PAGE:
I have a short statement to make to the Committee which concerns the grouping of the Amendments which we shall be discussing today and deals with how that grouping came about.
Hon. Members may be wondering how it happens that the remaining Amendments to Clause 1 have been re-arranged. All the Amendments from No. 23 onwards come at exactly the same point in the Bill, seeking to add a new subsection (5) to the Clause.
Last Friday instructions were given for 11 consecutive Amendments from No. 40 to No. 202 inclusive to be withdrawn and subsequently for identical Amendments to be re-tabled. The effect is that the Amendment No. 23 relating to the General Election and Amendment No. 205 relating to an advisory referendum are now placed next to each other on the Notice Paper. I believe that this was the objective behind the instructions given by the hon. Members concerned to the Public Bill Office last Friday.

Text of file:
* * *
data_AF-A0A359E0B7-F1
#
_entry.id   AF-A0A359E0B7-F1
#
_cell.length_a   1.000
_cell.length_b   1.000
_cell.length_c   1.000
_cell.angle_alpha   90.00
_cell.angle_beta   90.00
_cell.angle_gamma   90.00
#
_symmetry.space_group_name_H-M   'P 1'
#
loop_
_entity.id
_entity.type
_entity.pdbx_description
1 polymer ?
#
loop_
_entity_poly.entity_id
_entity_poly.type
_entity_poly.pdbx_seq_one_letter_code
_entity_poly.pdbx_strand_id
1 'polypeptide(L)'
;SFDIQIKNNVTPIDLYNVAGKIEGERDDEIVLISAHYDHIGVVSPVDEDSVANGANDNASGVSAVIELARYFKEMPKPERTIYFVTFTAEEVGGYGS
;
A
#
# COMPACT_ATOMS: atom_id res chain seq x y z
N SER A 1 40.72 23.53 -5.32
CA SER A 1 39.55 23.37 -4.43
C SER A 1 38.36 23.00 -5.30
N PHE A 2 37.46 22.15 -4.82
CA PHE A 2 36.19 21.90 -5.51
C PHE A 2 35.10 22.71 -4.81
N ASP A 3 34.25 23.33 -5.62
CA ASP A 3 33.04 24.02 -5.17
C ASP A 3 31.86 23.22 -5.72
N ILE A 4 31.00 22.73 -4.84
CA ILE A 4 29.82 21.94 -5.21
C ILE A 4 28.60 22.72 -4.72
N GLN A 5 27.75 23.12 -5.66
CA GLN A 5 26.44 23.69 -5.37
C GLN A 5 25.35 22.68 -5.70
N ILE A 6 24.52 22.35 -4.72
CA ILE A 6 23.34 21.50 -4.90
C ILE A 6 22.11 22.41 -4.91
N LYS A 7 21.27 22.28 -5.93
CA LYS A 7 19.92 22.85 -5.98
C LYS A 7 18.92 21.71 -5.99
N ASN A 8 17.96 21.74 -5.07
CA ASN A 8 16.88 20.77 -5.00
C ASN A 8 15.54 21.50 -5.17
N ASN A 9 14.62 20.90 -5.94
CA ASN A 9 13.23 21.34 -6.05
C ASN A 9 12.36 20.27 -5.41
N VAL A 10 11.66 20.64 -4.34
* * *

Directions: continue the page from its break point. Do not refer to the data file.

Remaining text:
A further result is that the 11 Amendments have lost their original place on the Notice Paper and now appear as the last Amendments tabled to the Clause. In order to try to avoid unnecessary confusion, I gave instructions that those Amendments should retain their original numbers. I hope that this will meet the convenience of the Committee
On a point of order, Sir Robert. Amendment No. 210 has not been called. I know that it is not your custom to give your reasons for not selecting an Amendment, but I wonder whether you could say whether the Amendment is out of order or whether for some reason you have decided not to select it.
On a point of order, Sir Robert. You said that certain instructions were given to the Public Bill Office about two Amendments which appear on the Notice Paper. You will appreciate that some of us are not concerned in making those representations because we are not signatories to the Amendments in question. However, some of my hon. Friends and I find ourselves in extraordinary difficulty since one of the grouped Amendments relates to a General Election. This—I do not intend to go into the merits—is a matter of procedure adopted by Oppositions from time immemorial and often with good cause. There is then an Amendment on a totally different matter; namely, on the subject of a referendum. This subject has excited some controversy not merely between parties but within parties.